My advice: If you can afford it, get the K-7. It is selling at bargain prices now, so you will be able to sell it for only a small loss if it does not suit you or if you want to upgrade to a K-8 is when it becomes available.

Rob
05-02-2010, 01:57 PM   #14
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For me, being able to capture low light shots without a flash is a big plus. And in situations like concerts where a flash wouldn't work anyway, there's no comparison.

I wish I could link to one of our members here who uses the kx for bars, coffee clubs, etc., but the shots will blow you away. (Help me guys. Who am I thinking of?)

In addition, superior high ISO processing is not restricted to low light indoor. It helps in many situations.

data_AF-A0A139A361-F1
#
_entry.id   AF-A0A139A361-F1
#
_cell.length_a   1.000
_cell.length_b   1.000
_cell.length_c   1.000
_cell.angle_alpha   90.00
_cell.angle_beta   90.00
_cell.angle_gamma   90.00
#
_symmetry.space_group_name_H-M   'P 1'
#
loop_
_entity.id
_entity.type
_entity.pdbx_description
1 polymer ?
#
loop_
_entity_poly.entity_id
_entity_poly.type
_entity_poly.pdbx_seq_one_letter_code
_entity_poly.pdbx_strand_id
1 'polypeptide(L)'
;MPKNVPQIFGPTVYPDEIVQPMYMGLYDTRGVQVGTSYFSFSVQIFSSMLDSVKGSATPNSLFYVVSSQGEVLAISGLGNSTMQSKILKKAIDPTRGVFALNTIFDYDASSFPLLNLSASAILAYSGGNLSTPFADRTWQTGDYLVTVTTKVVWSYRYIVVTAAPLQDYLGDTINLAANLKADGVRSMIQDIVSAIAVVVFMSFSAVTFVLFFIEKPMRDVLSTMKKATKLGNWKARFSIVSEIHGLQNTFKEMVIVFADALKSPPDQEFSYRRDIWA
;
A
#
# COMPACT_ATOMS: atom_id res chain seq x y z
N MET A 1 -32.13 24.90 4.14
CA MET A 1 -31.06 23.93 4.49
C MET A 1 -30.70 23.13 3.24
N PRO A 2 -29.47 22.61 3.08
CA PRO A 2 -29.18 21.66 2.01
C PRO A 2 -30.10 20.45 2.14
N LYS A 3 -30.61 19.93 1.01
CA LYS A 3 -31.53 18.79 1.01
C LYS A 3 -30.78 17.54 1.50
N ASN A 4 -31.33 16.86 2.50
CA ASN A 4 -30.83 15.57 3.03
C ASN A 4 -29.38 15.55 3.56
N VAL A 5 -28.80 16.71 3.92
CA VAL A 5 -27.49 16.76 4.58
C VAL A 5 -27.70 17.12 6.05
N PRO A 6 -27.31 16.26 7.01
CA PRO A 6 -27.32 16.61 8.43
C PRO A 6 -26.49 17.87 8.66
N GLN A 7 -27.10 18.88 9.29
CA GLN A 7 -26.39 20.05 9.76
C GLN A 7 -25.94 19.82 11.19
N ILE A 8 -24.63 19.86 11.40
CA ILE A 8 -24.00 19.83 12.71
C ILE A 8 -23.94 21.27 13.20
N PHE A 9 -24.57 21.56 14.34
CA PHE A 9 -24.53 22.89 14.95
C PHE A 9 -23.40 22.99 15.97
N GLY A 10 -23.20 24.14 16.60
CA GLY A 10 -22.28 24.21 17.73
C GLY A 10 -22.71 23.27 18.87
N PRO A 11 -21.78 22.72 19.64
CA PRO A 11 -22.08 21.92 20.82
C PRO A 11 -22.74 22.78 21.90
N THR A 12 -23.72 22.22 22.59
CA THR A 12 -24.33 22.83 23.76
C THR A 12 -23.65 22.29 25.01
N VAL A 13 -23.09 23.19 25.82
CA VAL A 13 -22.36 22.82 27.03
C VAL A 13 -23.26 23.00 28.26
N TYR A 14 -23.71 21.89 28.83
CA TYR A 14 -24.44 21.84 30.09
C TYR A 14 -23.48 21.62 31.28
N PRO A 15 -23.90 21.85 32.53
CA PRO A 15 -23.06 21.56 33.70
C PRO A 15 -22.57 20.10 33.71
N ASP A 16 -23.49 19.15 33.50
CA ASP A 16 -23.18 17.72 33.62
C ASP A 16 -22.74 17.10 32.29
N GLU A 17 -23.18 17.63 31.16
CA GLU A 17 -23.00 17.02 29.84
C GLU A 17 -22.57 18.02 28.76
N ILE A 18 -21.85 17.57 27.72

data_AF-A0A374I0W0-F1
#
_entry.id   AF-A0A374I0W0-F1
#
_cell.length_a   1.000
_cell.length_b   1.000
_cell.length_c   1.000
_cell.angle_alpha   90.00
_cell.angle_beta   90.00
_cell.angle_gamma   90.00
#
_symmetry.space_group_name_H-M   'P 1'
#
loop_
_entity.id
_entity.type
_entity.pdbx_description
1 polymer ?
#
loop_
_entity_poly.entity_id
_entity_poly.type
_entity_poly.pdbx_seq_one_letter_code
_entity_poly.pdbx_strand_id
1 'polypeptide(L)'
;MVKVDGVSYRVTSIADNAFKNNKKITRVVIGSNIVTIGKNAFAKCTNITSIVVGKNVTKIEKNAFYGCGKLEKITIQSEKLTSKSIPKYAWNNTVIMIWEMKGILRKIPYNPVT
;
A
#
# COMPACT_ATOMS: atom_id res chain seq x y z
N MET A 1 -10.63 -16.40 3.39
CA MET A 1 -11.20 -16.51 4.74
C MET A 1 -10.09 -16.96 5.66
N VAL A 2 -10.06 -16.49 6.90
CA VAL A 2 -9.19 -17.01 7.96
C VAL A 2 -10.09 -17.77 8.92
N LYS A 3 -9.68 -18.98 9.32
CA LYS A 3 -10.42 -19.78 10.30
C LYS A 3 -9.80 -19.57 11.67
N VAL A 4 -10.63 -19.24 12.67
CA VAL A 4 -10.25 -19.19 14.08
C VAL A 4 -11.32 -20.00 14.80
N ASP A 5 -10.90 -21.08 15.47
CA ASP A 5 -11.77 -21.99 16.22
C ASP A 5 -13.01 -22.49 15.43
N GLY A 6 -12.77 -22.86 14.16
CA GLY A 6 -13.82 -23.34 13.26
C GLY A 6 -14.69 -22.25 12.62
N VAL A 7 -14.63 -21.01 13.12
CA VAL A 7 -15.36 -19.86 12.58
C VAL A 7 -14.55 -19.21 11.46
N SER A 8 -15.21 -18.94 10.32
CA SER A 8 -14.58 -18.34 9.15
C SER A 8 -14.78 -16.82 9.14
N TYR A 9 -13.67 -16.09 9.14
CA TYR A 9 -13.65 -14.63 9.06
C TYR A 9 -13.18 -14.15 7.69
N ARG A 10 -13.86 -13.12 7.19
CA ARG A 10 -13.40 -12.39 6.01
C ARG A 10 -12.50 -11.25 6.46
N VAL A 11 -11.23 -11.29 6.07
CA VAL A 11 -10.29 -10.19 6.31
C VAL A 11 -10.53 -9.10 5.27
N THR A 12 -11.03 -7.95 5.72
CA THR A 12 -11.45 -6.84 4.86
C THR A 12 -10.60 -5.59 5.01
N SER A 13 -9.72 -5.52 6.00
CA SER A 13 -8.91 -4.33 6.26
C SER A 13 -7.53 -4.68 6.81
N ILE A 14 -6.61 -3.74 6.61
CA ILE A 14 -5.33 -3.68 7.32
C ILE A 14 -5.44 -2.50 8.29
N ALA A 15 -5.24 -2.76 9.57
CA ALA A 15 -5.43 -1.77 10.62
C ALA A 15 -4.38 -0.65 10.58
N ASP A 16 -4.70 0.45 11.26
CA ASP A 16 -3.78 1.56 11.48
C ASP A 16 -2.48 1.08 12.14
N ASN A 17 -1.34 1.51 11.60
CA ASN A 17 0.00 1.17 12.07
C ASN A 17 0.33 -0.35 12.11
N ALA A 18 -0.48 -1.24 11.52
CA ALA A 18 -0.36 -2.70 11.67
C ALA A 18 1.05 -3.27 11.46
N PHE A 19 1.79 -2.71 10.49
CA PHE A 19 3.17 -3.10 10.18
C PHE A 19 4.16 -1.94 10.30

Finally, I disagree with the above statement that shooting in RAW as opposed to JPEG somehow narrows the kx's ISO benefit/advantage, because it doesn't. Noise is still noise, even if captured in RAW.
05-02-2010, 02:37 PM   #15
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I like the K-X SO much, I have my K20D for sale. Get the K-X with the two lens kit if you have no lens. Put your money in some good lens if you want to upgrade. You can take great photos with any of the cameras out there if you know what you are doing. When I first upgraded to the K20 I was disappointed that it was no better than my K10. After I spent some time with it, I found the it was better than the k10. I like how the K-X is lighter that the k20 but the k7 is also light. If you buy the K-X now and decide to sell in a year or two, you will find that you lost less. The lens should hold value. The tow lens are worth about $300 combined. That means the camera is $300 to $400. You can sell the camera in a few years and get $200 - $250. My K20D was $1200 Two years ago and is only worth $500 -$600.